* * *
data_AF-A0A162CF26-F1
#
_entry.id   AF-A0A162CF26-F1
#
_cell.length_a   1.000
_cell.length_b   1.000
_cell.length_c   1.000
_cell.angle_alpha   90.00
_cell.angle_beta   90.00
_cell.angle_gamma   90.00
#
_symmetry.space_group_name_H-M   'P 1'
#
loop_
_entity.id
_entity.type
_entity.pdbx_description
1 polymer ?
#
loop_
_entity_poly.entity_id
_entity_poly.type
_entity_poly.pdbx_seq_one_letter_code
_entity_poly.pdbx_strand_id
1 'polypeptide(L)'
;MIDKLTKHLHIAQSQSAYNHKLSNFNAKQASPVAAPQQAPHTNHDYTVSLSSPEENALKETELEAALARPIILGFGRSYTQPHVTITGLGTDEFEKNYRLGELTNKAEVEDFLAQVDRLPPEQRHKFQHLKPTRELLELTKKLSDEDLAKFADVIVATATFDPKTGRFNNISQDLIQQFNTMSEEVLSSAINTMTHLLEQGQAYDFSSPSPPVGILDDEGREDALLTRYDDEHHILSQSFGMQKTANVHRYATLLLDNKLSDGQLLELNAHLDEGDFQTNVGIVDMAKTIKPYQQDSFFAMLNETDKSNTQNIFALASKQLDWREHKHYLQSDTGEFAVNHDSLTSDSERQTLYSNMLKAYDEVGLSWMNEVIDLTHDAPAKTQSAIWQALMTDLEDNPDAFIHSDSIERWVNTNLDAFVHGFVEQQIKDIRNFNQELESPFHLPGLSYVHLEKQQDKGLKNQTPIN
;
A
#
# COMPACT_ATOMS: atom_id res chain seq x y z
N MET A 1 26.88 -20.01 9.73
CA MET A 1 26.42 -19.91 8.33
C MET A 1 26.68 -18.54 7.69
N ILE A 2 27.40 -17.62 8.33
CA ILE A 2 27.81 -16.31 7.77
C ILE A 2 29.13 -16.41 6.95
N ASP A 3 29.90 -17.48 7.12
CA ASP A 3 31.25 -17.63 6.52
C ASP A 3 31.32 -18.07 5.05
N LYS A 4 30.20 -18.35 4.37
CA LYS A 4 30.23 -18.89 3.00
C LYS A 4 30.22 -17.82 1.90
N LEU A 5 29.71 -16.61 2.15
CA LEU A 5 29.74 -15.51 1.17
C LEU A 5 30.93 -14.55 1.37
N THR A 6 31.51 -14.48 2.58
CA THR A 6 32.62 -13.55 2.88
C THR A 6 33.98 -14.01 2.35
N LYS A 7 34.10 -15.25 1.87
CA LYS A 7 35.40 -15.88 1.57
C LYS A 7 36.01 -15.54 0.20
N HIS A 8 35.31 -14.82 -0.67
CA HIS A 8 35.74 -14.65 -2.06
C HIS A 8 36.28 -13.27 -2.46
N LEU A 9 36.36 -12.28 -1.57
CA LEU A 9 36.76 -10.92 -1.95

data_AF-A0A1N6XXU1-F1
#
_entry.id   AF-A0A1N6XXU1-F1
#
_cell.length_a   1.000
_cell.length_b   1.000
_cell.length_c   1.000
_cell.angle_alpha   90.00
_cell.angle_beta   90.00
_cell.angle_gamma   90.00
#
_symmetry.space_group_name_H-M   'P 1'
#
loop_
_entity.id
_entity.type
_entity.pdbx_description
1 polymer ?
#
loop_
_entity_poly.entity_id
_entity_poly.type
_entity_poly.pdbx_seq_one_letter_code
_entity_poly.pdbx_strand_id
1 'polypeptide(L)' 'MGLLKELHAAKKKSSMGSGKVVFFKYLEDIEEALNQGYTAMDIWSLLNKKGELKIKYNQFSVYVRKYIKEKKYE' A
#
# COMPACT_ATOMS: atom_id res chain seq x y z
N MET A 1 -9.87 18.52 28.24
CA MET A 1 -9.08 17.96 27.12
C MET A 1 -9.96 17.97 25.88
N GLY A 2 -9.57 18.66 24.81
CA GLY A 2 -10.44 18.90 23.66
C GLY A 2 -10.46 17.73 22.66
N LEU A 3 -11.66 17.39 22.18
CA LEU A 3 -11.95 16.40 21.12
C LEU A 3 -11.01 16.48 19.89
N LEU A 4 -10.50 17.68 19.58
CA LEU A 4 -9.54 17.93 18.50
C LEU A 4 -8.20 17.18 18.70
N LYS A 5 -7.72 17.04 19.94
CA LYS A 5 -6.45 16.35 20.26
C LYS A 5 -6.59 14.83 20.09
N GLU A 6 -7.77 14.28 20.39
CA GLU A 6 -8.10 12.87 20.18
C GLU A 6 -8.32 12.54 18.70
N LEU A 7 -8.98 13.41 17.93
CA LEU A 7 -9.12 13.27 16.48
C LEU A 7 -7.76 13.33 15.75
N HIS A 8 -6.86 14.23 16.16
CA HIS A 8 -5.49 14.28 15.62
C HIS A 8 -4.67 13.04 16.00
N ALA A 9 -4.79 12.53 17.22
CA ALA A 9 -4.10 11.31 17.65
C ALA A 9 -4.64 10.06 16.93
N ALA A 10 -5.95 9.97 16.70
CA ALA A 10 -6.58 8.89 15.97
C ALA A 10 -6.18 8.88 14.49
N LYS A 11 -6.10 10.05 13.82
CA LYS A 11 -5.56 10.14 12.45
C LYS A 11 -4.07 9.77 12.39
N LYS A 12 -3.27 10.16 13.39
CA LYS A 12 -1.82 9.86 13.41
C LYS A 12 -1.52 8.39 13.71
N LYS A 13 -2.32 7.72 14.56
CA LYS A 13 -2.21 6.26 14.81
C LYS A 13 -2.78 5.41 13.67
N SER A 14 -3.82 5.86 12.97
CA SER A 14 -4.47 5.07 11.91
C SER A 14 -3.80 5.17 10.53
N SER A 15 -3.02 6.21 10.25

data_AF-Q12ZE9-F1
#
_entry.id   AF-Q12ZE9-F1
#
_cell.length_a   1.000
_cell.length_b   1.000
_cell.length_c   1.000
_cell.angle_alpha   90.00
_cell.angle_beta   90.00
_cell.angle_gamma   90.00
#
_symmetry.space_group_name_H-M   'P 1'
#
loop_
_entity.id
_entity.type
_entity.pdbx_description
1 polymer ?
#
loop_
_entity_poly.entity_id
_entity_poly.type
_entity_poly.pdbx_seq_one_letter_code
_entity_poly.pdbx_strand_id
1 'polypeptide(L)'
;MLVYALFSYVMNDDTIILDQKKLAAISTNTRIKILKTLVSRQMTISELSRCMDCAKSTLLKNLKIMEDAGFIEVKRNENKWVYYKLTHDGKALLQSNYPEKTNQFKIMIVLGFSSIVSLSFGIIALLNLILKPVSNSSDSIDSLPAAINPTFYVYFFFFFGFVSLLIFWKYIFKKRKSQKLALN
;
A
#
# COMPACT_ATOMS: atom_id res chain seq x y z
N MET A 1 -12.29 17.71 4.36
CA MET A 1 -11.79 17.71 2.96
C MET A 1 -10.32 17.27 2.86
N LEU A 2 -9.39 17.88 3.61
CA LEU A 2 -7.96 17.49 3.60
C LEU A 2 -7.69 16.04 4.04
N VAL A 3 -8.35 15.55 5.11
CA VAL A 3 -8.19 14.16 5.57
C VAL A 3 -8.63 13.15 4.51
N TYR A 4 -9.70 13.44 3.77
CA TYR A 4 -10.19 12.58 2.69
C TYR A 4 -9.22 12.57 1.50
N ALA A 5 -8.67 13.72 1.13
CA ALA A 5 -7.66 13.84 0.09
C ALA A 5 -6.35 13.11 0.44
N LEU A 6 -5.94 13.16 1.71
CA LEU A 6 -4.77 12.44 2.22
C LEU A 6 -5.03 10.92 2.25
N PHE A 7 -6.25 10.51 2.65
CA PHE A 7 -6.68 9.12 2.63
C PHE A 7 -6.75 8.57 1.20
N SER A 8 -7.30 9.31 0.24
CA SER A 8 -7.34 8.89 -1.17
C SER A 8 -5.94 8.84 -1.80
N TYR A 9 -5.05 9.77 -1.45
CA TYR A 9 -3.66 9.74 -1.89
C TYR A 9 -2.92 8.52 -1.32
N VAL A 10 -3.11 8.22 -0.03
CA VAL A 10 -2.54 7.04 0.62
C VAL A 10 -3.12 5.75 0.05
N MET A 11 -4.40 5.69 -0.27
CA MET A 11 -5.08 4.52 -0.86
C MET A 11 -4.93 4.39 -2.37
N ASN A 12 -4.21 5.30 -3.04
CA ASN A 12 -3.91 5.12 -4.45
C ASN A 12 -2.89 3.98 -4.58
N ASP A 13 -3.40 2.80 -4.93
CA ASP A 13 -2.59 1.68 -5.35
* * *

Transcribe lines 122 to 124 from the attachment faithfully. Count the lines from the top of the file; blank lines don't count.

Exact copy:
C LYS A 13 -2.78 5.41 13.67
N SER A 14 -3.82 5.86 12.97
CA SER A 14 -4.47 5.07 11.91